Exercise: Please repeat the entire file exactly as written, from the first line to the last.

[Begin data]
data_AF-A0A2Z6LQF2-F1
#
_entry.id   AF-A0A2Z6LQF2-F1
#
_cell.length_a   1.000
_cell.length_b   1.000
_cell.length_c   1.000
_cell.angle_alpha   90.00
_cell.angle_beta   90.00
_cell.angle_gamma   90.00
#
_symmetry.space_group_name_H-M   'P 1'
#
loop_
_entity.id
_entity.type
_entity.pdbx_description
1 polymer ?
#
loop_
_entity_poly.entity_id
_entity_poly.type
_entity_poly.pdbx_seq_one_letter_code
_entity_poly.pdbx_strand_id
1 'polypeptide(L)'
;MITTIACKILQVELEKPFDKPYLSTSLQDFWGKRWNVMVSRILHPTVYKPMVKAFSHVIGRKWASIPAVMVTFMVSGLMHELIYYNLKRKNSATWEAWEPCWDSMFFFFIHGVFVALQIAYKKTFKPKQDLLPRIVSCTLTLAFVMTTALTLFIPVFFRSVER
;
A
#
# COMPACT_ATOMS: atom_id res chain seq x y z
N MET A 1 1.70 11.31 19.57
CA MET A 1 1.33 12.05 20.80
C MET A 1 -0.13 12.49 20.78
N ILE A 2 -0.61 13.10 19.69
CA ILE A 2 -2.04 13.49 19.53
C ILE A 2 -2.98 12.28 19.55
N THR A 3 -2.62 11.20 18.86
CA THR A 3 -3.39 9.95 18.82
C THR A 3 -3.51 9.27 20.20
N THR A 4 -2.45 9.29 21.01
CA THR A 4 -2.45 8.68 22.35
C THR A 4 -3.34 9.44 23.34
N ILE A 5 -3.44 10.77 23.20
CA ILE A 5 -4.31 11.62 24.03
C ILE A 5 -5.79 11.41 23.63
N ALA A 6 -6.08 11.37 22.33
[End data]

data_AF-A0A2Z6LQF2-F1
#
_entry.id   AF-A0A2Z6LQF2-F1
#
_cell.length_a   1.000
_cell.length_b   1.000
_cell.length_c   1.000
_cell.angle_alpha   90.00
_cell.angle_beta   90.00
_cell.angle_gamma   90.00
#
_symmetry.space_group_name_H-M   'P 1'
#
loop_
_entity.id
_entity.type
_entity.pdbx_description
1 polymer ?
#
loop_
_entity_poly.entity_id
_entity_poly.type
_entity_poly.pdbx_seq_one_letter_code
_entity_poly.pdbx_strand_id
1 'polypeptide(L)'
;MITTIACKILQVELEKPFDKPYLSTSLQDFWGKRWNVMVSRILHPTVYKPMVKAFSHVIGRKWASIPAVMVTFMVSGLMHELIYYNLKRKNSATWEAWEPCWDSMFFFFIHGVFVALQIAYKKTFKPKQDLLPRIVSCTLTLAFVMTTALTLFIPVFFRSVER
;
A
#
# COMPACT_ATOMS: atom_id res chain seq x y z
N MET A 1 1.70 11.31 19.57
CA MET A 1 1.33 12.05 20.80
C MET A 1 -0.13 12.49 20.78
N ILE A 2 -0.61 13.10 19.69
CA ILE A 2 -2.04 13.49 19.53
C ILE A 2 -2.98 12.28 19.55
N THR A 3 -2.62 11.20 18.86
CA THR A 3 -3.39 9.95 18.82
C THR A 3 -3.51 9.27 20.20
N THR A 4 -2.45 9.29 21.01
CA THR A 4 -2.45 8.68 22.35
C THR A 4 -3.34 9.44 23.34
N ILE A 5 -3.44 10.77 23.20
CA ILE A 5 -4.31 11.62 24.03
C ILE A 5 -5.79 11.41 23.63
N ALA A 6 -6.08 11.37 22.33